I’m at Stereo tonight, to see a band from Scotland playing York for the first time and it might be the fact that it is their debut that leads to the elephant in the room. Not, of course, that there was an actual elephant and, as I’m going to talk about it, it’s not really a normal use of the phrase. However, it does provide me with the opportunity to say, “if there was an elephant in the room, it would have had plenty of space to move about…” You see, apart from me, the only other people in the audience were either the two support acts or people associated with one of the support acts. Admittedly, it was a cold Tuesday night and, as we are constantly being told, money is tight these days but I understand that, across town, Fibbers was sold out, so there were people going out to enjoy live music despite the weather (and the current government…) I admit I was only there due to a unique set of circumstances and I couldn’t help but feel a bit sorry for all the acts, especially the headliners who probably hadn’t expected their English tour to end with such a poor turnout.
First to take the stage (and, being a solo artist, having the biggest audience) was Sophie McDonnell, who doesn’t seem to have her own page to provide a link to, but she does play and sing in Hot Fudge, a ska, reggae, funk band. Tonight, however, Sophie provided a variation on the man-and-guitar act by, well being a girl with a guitar. Two Hot Fudge songs, Feeling Torn and Lay Down, Play Dead, featured in the set, complete with vocal renditions of the trumpet solos, as did a covers of VV Brown’s Shark In The Water and Amy Winehouse’s You Know I’m No Good (if memory serves). I assume the other three, Iron Man, All These Things I’ve Done and one that I missed the title off, were originals. The variety in the songs was nice and Sophie has a good voice and a winning smile and she plays with confidence and more than a touch of humour, which made for an entertaining opening set.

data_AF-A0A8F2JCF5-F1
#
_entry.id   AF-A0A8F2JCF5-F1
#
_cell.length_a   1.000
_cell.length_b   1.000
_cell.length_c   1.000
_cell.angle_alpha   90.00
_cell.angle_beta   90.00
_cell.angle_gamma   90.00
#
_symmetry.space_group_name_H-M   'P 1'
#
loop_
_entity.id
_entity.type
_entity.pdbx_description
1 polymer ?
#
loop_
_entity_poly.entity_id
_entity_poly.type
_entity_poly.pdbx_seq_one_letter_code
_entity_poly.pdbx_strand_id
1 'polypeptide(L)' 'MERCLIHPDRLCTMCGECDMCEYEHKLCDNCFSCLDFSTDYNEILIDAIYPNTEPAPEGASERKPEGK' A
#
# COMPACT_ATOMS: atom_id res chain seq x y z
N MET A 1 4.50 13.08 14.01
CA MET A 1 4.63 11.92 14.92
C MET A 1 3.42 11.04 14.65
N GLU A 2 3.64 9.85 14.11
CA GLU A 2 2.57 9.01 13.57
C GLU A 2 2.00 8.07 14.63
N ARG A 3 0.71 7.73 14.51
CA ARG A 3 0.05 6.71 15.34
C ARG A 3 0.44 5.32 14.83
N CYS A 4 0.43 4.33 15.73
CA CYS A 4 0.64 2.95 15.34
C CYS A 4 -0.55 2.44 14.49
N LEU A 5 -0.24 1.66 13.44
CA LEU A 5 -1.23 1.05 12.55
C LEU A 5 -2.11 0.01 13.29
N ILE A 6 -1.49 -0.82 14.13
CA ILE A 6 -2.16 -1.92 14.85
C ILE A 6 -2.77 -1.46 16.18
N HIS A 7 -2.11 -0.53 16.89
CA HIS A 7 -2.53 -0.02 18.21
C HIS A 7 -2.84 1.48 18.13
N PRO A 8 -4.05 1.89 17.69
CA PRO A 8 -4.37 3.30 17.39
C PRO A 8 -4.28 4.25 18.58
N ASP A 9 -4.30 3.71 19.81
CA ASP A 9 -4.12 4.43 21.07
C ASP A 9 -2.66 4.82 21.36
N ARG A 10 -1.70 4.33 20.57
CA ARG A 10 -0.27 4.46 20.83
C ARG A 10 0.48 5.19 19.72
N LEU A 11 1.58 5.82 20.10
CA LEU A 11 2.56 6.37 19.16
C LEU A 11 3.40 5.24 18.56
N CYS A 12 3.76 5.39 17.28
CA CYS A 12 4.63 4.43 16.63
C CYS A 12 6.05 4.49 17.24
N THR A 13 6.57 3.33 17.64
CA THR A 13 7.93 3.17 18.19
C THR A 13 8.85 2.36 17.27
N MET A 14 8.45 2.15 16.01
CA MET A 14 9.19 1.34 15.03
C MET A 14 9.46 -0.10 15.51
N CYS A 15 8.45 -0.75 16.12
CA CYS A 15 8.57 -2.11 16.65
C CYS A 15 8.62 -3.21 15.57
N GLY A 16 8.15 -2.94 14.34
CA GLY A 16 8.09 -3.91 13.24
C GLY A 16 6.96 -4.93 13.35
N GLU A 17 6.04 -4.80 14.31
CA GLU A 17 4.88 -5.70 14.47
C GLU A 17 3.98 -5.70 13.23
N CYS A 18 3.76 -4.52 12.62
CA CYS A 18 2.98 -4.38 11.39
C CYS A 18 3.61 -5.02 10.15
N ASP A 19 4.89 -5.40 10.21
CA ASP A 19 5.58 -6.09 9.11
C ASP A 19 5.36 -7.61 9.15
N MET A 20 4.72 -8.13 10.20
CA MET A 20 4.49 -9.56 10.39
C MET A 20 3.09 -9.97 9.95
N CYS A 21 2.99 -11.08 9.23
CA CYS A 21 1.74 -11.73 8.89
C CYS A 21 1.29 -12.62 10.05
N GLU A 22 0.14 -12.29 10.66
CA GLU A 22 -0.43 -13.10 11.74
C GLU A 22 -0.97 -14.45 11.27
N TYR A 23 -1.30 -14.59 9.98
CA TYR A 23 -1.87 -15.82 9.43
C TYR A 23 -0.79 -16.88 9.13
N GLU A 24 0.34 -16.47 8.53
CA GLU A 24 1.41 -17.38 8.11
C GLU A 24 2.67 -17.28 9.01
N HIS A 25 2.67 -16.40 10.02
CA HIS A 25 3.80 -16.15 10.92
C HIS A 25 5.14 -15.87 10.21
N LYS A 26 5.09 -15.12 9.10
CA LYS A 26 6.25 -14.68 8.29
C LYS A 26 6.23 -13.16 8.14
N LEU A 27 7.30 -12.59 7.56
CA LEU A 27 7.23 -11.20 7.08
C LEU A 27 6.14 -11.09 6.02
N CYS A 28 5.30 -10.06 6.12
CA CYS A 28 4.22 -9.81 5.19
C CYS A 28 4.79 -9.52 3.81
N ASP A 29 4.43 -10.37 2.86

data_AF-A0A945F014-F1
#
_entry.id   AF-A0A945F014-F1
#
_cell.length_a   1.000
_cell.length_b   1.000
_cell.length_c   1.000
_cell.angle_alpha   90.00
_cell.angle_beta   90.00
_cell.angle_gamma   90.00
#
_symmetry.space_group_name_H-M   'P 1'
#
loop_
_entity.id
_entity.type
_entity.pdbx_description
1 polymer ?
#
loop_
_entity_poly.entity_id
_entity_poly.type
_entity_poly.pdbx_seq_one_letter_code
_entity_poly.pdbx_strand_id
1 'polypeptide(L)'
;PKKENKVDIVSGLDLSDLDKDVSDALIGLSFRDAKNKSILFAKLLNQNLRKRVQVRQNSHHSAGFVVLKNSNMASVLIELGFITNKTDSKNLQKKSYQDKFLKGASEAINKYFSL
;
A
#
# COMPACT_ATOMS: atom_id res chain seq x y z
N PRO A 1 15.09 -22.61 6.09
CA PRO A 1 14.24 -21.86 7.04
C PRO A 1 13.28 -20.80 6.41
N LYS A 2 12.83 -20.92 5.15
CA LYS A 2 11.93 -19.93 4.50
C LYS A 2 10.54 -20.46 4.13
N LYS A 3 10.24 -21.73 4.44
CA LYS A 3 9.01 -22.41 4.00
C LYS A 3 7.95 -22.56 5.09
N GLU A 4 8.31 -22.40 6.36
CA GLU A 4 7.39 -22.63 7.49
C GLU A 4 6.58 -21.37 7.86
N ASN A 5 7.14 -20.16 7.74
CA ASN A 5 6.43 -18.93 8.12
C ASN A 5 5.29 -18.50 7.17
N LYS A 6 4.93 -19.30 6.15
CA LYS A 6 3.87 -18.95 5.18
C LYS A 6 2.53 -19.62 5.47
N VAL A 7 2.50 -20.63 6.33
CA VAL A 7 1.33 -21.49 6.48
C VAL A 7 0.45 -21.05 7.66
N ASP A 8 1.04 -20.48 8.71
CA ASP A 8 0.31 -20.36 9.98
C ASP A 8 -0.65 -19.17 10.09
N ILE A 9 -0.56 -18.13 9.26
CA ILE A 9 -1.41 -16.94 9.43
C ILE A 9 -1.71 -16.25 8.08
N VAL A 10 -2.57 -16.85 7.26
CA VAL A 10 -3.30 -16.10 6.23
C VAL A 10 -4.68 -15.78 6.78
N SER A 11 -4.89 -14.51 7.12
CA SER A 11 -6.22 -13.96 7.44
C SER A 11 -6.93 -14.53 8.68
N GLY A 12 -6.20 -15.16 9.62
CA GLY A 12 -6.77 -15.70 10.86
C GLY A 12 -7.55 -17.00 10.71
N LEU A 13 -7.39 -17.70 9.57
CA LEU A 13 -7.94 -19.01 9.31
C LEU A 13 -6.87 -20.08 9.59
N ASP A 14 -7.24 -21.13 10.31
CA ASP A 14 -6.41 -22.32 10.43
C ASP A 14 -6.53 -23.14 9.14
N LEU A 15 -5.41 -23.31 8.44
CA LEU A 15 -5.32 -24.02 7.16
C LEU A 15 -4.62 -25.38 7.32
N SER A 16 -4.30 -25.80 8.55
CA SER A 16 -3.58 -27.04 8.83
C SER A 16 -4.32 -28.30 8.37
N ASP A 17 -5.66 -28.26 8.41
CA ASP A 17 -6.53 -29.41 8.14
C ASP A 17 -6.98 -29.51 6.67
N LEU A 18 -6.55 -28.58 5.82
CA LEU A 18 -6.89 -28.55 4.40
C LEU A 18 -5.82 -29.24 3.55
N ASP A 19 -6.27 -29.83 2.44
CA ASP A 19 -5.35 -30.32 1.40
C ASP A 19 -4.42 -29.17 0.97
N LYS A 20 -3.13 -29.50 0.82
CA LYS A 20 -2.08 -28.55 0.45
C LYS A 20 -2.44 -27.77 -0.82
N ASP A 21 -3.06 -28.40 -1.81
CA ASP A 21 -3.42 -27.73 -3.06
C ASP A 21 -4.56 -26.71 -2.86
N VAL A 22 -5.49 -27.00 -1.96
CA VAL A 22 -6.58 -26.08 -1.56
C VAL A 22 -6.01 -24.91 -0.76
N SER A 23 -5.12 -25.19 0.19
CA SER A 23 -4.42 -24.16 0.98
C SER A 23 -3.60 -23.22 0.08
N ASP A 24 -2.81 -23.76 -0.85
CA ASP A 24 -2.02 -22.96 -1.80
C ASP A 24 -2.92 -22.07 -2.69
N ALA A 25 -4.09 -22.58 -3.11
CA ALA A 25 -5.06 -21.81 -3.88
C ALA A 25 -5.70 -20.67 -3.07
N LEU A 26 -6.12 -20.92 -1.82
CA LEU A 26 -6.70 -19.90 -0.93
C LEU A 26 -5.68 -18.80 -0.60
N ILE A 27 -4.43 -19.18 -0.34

Tonight is the third time I’ve seen The Blueprints in a relatively short time but tonight, perhaps because they were essentially playing to the other bands and their friends, they decided to have a bit of fun and play around with the set-list a bit, which freshened it up a bit. Starting with their “normal” three songs – one I still haven’t caught the title of, Three Minutes and Staring At The Sun – there followed a short interval, during which Stuart changed his guitar and the band launched into Layla (a song Stuart, apparently, hates). Back to the serious stuff and we got the superb City Skylines, a cover of Ryan Adams’ Two (which may just have inspired me to try some of his material), Spectrum Vs Commodore, No Melancholy and a song I don’t think I’ve heard before which may have been called Walk Away. As usual, The Blueprints gave a very entertaining performance of some striking songs. In fact, each time I see them I find myself liking them more.
Thankfully, both support acts hung around to see Miniature Dinosaurs, a young band from Stirling who were touring to promote their second EP, Off The Radio. After the first song, vocalist Barry Maclean thanked everybody for staying around and said that a wise man had once told him that whether there was one person or a thousand in the audience you put on the same show. And what a show. Occasionally breaking the set up by asking the audience whether they knew answers to a pop quiz, Barry showed an easy camaraderie (and sound-man Andy a nice humourous touch with the lighting when he briefly sent the band to hell…) The music is indie-pop with a touch of 80’s electro-pop both from the keyboards of Craig Ferrie and Barry’s vocals and the performance deserved a much bigger audience than it got tonight. We were treated to songs from both EP’s, including Off The Radio, (I Want To Watch) Top Gear, Alligator (a personal favourite of mine), Cold Shoulder, Light Speed, Fight Or Flight and two others and all were played brilliantly. As a rule, I don’t dance but my feet were certainly tapping tonight.
After the set, I had a chat with Alban Dickson, the Dinosaurs’ bass-player. We covered a variety of topics including football, the Stirling music scene, the band itself and my lack of passion for the EP format. Alban was very pragmatic about the small turnout, telling me that it was something that, being a new band, they had to accept and that the next time they play York, they would hope to play to five more people and ten more the time after, building a following. I can only say that, if they do come back, I will definitely make every effort to see them. Highly recommended.